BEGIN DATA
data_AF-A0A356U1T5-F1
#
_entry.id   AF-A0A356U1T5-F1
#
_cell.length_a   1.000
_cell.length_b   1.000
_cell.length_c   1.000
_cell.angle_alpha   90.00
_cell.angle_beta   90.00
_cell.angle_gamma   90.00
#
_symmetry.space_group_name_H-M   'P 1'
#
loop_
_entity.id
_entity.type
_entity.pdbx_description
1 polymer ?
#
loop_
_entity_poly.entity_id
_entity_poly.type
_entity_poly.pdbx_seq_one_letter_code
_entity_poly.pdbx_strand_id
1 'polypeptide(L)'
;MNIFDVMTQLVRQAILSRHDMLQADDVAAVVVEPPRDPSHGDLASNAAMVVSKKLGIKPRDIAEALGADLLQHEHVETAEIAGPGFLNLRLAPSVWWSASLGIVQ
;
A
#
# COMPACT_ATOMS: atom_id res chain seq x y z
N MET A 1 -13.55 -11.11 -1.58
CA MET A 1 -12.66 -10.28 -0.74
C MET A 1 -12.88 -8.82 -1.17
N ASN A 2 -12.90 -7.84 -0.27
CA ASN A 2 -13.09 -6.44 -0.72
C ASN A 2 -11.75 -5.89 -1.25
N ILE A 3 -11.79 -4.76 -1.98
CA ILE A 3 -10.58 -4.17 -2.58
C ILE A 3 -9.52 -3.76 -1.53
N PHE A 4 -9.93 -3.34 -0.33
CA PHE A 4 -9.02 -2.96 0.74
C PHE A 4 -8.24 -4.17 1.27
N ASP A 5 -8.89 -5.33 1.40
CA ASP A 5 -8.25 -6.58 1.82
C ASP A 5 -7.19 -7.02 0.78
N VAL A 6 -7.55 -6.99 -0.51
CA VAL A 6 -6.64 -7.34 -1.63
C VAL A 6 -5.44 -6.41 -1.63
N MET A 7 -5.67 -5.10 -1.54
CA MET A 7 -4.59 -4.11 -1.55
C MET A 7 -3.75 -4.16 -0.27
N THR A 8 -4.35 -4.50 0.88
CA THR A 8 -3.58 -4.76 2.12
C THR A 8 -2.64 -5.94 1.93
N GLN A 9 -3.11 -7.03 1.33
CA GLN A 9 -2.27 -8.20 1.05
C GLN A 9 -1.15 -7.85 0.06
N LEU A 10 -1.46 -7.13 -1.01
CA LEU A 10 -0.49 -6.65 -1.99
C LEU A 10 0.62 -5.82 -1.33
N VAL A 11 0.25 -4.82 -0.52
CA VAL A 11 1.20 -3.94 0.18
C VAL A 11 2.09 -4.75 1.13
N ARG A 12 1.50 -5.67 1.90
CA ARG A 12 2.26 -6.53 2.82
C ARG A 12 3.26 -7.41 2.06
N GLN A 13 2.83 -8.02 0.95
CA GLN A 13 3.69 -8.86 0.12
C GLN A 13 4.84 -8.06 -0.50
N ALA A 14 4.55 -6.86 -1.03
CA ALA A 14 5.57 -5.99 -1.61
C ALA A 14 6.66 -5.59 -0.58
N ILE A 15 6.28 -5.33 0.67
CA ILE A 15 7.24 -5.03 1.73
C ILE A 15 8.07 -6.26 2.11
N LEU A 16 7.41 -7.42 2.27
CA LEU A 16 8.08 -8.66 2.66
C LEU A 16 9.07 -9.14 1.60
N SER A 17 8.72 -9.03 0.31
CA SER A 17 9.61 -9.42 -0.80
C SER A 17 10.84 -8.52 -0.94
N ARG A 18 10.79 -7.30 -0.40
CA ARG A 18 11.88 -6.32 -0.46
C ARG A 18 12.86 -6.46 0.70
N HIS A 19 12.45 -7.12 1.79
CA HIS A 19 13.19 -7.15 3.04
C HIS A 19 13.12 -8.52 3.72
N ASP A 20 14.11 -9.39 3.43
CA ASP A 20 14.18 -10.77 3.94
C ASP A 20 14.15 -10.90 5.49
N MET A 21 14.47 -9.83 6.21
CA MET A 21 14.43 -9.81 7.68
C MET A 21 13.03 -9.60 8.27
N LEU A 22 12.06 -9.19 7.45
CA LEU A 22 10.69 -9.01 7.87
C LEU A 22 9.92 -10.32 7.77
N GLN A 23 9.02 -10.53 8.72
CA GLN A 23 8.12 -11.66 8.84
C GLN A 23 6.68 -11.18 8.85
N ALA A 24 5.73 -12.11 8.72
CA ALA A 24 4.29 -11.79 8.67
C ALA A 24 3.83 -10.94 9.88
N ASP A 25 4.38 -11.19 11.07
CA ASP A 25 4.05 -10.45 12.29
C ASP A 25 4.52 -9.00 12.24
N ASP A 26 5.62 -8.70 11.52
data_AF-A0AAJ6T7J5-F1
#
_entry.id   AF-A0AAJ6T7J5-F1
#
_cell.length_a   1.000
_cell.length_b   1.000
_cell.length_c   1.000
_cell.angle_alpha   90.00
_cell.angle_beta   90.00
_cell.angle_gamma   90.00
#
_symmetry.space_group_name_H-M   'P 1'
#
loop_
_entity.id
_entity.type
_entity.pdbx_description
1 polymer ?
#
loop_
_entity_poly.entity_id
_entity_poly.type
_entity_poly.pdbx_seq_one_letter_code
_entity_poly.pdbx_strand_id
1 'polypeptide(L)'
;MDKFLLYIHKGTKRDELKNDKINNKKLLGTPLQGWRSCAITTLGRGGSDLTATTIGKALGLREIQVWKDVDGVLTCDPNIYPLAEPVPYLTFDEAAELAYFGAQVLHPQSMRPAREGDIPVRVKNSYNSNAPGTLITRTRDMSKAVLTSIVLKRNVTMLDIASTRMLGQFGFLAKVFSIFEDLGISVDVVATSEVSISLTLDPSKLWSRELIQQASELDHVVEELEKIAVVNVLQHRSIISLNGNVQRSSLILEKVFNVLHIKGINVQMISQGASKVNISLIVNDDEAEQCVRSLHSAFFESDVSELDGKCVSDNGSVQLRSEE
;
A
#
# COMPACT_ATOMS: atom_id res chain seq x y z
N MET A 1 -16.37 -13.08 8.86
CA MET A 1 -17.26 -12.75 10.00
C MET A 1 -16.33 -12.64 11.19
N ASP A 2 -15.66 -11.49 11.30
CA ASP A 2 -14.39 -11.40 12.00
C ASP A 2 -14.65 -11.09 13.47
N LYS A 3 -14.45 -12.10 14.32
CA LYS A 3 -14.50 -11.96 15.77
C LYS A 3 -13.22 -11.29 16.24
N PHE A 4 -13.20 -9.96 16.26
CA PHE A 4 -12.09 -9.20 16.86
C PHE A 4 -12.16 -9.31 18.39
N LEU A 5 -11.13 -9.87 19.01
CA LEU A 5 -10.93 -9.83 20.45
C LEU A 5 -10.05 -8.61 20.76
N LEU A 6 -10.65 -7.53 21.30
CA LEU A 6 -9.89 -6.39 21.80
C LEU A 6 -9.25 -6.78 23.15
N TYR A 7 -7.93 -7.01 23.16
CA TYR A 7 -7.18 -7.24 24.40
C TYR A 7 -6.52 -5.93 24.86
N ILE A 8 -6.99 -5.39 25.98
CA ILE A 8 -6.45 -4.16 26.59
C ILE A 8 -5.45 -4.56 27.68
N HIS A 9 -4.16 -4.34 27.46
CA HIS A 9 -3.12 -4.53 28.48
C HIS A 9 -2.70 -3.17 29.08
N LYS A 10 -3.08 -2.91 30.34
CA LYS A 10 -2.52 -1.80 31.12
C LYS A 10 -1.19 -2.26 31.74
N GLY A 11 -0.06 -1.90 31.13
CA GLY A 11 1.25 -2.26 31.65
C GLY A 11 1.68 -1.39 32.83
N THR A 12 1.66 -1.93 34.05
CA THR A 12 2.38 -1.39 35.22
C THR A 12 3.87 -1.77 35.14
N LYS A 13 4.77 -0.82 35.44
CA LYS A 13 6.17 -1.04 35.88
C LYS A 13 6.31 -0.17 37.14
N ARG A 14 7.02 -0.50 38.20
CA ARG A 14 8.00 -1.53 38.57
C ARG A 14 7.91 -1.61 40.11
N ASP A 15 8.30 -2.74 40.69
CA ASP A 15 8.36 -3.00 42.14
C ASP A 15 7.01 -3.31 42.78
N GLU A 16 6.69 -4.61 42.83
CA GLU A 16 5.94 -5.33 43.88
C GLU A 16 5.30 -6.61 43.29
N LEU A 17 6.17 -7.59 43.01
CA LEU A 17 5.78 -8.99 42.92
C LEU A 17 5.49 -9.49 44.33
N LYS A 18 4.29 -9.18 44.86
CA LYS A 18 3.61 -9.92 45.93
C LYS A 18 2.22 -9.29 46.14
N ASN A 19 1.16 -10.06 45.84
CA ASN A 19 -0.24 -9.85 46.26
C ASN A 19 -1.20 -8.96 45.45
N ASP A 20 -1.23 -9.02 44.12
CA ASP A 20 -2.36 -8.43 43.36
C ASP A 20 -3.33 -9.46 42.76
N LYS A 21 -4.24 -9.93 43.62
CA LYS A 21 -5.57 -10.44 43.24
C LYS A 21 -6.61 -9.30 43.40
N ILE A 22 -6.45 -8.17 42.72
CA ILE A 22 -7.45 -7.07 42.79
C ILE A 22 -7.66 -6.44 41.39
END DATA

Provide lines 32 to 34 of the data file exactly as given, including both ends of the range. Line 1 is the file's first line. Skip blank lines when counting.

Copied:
CA MET A 1 -12.66 -10.28 -0.74
C MET A 1 -12.88 -8.82 -1.17
N ASN A 2 -12.90 -7.84 -0.27